If the beer is not in your area, ask your local retailer to contact Bard's Tale to make arrangements to get the beer to your location.

I am Kevin Seplowitz's father. Kevin and his partner Craig are the celiacs who founded the company. This may sound like a commercial but trust me, you will love this beer. I am very proud of what Kevin and Craig have done to bring you a truly remarkable product. Let me know if you agree - 203-595-9090.

Sincerely,

Shelly Seplowitz

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Okay! It's taken 2 years, but I figured it out! WoHoo! :D I answered my own question--Research, research, research!!!

You buy a brewery planner, do a market research survey, contact every vendor you'll need, go to breweries and conventions, find a site, write a business plan, have a pro help with the Pro For mas, obtain capitol, go to the bank, and then build it! Easy? Not really! But, I'm doing it.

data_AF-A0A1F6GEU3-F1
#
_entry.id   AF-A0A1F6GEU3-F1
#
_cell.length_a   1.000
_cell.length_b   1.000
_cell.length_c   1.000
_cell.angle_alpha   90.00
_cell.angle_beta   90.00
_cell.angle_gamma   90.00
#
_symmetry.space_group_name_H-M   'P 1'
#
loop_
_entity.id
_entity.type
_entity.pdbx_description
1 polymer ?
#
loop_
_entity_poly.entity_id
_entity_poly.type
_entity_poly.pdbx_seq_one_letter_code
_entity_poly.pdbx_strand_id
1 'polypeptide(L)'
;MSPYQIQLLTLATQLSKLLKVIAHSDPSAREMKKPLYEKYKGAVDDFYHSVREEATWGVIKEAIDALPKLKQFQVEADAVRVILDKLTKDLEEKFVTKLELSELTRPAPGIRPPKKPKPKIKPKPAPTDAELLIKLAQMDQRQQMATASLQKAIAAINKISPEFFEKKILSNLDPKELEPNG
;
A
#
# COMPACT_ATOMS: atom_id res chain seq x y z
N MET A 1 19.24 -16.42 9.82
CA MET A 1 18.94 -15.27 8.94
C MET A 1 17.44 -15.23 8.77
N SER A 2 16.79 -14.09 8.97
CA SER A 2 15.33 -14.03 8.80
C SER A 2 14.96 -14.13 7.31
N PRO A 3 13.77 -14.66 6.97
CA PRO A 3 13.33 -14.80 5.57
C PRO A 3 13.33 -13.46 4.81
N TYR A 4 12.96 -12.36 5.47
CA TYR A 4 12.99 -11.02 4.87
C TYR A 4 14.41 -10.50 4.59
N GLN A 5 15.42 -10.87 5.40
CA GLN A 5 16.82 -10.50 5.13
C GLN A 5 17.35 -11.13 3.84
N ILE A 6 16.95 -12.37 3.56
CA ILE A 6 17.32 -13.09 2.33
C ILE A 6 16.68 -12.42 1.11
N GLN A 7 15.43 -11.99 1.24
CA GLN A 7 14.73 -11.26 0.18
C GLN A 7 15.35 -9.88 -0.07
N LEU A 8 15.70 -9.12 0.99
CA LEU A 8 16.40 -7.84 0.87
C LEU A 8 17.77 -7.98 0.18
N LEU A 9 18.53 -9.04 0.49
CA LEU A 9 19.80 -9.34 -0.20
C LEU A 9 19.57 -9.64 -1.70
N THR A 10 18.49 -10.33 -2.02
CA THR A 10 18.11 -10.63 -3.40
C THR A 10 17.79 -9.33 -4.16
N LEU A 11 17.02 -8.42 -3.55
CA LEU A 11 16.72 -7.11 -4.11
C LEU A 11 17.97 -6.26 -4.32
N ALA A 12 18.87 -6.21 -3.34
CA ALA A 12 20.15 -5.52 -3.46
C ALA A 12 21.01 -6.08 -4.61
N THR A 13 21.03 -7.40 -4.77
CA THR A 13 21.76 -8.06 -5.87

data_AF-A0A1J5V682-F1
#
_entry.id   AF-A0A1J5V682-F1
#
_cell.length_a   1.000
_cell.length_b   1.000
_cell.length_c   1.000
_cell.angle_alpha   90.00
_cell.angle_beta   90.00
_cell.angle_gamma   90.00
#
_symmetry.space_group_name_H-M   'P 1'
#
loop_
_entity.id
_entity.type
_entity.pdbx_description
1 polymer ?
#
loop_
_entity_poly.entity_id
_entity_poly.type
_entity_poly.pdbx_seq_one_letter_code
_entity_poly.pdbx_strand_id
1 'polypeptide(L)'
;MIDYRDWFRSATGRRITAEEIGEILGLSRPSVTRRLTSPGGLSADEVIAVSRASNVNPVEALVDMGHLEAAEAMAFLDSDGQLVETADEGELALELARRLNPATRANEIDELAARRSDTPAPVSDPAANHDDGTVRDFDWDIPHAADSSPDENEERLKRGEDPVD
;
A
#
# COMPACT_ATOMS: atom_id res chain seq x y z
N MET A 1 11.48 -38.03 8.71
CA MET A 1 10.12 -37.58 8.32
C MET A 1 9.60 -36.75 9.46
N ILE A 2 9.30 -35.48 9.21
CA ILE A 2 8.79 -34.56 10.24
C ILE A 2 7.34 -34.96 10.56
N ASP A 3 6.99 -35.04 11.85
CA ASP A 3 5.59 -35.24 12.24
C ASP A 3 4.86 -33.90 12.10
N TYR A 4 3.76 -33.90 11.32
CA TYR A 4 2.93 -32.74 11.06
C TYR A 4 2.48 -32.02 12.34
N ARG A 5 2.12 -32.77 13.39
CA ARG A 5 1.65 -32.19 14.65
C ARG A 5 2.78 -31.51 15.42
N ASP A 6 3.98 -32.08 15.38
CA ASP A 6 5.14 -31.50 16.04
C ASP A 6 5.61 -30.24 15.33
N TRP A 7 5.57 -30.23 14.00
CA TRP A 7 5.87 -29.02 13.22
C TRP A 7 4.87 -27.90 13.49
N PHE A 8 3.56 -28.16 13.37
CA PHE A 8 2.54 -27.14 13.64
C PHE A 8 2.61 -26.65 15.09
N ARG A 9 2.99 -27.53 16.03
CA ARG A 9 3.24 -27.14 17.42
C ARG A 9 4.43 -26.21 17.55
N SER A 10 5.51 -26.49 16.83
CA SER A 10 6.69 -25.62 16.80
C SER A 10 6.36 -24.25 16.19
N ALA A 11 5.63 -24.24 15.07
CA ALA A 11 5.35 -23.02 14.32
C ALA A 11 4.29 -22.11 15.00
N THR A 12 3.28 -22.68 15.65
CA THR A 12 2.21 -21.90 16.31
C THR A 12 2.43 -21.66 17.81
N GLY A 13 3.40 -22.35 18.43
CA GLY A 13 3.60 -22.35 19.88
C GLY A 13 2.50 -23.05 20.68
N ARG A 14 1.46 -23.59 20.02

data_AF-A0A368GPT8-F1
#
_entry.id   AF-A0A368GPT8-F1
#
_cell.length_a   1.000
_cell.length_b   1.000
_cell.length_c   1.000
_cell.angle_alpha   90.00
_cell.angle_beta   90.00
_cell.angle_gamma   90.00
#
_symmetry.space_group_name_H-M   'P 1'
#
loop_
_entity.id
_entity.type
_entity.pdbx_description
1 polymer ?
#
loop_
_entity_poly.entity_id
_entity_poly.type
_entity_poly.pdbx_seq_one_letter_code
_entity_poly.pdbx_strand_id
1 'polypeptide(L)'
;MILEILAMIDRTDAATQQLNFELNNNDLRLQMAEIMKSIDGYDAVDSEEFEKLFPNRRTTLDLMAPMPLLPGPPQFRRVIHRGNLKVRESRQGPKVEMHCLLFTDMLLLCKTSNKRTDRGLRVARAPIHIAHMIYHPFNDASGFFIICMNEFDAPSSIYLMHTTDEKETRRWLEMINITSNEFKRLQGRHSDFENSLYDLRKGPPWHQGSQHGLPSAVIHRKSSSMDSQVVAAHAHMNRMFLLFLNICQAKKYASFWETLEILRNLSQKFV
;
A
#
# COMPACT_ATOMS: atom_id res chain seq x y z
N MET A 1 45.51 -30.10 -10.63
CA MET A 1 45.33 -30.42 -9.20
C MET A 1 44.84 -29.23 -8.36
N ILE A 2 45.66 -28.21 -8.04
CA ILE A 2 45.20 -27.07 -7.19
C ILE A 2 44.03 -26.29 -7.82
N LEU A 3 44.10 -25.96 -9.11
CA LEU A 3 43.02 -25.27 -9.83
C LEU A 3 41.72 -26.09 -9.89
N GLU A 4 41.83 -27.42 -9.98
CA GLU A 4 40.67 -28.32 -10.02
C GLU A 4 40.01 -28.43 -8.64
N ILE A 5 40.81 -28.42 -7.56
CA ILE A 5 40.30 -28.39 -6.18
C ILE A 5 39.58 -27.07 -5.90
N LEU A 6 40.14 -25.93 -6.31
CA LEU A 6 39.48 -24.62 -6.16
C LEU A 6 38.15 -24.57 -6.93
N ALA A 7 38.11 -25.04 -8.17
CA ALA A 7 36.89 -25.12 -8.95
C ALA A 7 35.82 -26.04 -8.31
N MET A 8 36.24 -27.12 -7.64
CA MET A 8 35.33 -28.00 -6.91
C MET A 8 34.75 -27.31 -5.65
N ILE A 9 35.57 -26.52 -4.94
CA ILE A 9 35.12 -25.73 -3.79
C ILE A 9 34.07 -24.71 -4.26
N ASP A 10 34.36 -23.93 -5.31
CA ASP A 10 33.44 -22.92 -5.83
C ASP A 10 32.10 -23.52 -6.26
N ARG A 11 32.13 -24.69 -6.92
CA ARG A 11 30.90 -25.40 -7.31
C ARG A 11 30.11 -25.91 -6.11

I'm stuck on the "obtain capitol" part... (I've done the rest up to here)

So, here is my question:

Where should I go to look for investors who would want to buy shares in a gluten free brewery?

I'd like to give some fellow Celiacs the chance, but where do the investor-types meet?

Any ideas? I need help!

Cheers!

Connie

www.darkhillsbrewery.com

How does one go about starting a microbrewery? :blink:

I mean, I homebrew 2 different gluten-free beers (a red beer--hopsy and strong like a dark beer, and a lemon beer--sweet and sour like a lemon-aide beer) for myself and friends, but I'm not much on the business end...

Anyone out there with some business sense? What steps would I have to go thru? How would I find investors? How much do microbreweries cost?

I'd love to make it for more people!

Connie

gluten-free since 1-'98

convienently located in NW Arkansas